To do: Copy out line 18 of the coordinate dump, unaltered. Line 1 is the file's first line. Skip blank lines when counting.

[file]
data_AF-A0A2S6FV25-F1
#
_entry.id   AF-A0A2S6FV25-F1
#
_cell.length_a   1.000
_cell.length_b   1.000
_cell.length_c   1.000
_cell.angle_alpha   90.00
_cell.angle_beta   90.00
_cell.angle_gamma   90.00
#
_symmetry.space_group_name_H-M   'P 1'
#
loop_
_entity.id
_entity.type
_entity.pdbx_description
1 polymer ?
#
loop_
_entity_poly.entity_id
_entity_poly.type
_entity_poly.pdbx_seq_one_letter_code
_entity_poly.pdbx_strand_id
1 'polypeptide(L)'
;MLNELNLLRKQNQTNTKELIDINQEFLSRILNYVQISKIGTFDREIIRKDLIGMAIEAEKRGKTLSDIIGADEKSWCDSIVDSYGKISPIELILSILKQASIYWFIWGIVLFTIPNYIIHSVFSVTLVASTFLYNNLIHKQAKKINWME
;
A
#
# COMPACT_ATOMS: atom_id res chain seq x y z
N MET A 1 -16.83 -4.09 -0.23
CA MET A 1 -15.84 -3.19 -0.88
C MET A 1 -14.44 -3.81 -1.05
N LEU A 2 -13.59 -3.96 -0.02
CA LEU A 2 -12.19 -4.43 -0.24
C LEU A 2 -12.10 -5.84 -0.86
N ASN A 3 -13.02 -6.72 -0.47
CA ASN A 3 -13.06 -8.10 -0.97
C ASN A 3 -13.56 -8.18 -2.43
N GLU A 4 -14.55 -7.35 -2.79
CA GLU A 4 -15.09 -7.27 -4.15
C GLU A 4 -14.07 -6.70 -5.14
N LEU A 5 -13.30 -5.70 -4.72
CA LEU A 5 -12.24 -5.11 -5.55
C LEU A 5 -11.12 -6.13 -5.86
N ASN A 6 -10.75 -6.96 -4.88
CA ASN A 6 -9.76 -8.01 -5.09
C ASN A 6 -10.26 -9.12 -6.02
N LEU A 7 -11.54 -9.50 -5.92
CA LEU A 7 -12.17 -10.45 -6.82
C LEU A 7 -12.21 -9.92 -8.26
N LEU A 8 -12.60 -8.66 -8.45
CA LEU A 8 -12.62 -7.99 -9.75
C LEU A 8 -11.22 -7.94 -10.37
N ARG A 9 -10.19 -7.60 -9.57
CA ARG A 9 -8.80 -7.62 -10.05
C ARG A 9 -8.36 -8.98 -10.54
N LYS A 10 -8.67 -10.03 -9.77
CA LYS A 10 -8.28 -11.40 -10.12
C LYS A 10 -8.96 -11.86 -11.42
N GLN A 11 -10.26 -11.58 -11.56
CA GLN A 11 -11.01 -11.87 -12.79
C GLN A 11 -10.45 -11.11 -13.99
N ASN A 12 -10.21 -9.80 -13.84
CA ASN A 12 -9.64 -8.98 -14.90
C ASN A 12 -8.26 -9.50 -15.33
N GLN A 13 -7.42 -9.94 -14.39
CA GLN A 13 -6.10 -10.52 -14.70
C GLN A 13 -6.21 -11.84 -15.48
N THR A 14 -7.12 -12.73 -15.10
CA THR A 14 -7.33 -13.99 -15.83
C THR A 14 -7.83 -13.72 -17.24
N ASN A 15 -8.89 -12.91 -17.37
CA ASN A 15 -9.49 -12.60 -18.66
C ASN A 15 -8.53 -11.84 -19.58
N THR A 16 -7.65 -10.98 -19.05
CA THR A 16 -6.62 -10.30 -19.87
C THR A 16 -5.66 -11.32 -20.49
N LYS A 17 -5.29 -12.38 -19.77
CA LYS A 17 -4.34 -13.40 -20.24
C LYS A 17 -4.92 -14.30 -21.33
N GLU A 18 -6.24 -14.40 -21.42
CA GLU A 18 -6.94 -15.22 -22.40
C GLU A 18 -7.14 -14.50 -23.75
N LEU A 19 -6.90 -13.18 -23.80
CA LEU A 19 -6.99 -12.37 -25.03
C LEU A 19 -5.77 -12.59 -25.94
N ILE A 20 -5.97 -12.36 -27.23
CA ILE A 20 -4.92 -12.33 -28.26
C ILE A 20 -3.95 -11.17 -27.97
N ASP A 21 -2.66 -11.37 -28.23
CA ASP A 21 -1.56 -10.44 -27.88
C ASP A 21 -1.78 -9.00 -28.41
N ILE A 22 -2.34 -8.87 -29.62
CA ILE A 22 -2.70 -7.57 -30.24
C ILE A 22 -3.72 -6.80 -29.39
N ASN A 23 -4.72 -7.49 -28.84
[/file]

1 polymer ?